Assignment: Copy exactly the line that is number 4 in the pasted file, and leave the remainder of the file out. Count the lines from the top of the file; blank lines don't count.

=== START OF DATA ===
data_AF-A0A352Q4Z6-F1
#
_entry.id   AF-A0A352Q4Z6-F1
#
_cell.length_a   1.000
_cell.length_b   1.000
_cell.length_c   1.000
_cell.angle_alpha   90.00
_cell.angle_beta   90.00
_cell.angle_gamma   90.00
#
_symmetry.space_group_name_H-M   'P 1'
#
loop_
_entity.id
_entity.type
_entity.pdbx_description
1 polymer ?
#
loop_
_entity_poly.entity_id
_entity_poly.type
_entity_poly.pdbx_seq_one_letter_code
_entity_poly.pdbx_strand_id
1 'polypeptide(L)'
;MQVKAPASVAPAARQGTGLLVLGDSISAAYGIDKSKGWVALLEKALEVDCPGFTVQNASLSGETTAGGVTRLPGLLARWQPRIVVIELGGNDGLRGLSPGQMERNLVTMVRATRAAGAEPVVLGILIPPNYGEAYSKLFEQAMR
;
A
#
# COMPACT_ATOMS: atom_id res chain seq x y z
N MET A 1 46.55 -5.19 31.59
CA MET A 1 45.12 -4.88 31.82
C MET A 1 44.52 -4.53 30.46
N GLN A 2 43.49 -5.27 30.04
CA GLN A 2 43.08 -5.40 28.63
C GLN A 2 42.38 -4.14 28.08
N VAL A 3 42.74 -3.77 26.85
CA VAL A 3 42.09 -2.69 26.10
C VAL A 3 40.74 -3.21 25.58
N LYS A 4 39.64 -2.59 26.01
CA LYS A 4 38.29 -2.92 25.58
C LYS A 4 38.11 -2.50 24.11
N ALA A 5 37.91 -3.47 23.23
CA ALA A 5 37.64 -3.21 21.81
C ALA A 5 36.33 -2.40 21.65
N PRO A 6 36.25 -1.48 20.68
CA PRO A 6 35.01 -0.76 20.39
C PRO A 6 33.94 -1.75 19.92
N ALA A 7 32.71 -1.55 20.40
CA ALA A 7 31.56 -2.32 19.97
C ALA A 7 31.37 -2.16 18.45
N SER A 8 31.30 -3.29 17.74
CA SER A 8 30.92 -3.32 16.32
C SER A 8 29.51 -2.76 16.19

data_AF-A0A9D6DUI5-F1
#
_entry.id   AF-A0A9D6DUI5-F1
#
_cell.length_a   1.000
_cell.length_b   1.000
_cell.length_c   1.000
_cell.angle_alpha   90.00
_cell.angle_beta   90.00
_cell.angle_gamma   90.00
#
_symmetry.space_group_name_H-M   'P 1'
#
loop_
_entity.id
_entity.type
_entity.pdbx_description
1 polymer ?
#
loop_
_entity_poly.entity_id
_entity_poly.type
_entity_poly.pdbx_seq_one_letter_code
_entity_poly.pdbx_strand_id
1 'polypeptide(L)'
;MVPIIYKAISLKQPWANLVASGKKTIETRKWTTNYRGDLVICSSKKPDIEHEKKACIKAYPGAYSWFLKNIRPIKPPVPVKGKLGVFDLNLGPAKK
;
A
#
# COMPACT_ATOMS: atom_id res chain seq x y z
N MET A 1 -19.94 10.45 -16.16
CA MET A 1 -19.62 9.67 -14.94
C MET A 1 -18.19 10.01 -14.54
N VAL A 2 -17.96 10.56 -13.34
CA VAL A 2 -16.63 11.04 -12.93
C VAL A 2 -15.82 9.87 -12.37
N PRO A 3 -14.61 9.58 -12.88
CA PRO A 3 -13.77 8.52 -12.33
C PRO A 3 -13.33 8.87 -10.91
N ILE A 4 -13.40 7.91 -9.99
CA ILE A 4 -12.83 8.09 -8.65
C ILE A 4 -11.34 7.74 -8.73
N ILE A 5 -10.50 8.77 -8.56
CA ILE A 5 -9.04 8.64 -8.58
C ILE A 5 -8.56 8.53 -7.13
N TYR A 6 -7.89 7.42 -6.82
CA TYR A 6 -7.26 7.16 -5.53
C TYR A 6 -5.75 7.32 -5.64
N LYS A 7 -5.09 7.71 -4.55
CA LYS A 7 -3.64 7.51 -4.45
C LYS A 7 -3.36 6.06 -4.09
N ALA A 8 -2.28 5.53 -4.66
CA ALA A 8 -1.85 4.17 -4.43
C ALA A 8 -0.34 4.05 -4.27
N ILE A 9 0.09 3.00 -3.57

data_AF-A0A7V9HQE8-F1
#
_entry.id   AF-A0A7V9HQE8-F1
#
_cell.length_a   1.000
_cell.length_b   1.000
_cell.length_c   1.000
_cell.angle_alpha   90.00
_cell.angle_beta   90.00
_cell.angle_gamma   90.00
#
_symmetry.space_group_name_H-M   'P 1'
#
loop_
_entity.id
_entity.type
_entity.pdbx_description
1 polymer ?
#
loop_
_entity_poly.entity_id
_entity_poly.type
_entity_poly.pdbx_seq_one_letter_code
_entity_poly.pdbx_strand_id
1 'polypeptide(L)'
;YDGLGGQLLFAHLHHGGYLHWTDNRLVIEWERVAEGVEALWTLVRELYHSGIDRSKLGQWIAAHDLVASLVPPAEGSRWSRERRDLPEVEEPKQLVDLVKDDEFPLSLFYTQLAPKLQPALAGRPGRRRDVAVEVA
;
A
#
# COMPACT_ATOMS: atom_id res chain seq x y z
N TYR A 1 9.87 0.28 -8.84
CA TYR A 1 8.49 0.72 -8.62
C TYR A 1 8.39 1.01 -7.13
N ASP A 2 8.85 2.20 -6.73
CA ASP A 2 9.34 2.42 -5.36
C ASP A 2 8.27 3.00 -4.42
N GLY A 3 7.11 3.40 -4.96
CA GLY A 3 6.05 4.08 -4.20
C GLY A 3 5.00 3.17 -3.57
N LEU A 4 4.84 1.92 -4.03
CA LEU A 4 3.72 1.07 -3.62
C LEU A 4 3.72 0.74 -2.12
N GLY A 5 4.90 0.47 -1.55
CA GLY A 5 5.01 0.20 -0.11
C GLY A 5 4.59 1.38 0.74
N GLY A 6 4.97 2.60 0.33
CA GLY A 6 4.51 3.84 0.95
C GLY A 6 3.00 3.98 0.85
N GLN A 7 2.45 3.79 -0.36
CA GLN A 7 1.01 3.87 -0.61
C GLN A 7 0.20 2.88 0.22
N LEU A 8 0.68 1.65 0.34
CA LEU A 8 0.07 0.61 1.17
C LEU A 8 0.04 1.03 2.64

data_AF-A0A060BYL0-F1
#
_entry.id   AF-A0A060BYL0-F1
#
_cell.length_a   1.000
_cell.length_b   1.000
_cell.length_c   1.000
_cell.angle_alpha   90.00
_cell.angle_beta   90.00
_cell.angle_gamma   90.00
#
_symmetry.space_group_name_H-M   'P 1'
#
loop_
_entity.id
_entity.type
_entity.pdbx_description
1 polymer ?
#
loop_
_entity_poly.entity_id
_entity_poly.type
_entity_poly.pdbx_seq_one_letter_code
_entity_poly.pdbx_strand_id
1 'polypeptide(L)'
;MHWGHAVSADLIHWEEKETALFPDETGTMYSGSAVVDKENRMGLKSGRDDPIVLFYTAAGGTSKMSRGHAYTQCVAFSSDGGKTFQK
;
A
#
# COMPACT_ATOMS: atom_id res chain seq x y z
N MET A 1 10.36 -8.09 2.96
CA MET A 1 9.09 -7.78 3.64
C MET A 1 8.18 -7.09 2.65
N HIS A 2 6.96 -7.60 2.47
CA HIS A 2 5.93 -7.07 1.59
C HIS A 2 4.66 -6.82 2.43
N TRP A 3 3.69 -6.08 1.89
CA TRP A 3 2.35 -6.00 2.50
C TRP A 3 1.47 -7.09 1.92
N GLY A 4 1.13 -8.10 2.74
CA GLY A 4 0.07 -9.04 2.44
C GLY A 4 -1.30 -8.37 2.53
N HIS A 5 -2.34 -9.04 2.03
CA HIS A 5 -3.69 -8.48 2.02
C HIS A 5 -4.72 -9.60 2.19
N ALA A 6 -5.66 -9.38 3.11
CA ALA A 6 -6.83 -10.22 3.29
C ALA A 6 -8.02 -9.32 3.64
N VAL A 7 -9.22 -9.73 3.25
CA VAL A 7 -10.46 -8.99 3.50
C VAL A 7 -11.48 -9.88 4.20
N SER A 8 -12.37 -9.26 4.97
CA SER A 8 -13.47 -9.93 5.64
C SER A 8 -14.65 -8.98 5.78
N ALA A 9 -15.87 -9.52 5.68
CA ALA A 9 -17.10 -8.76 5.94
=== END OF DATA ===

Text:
#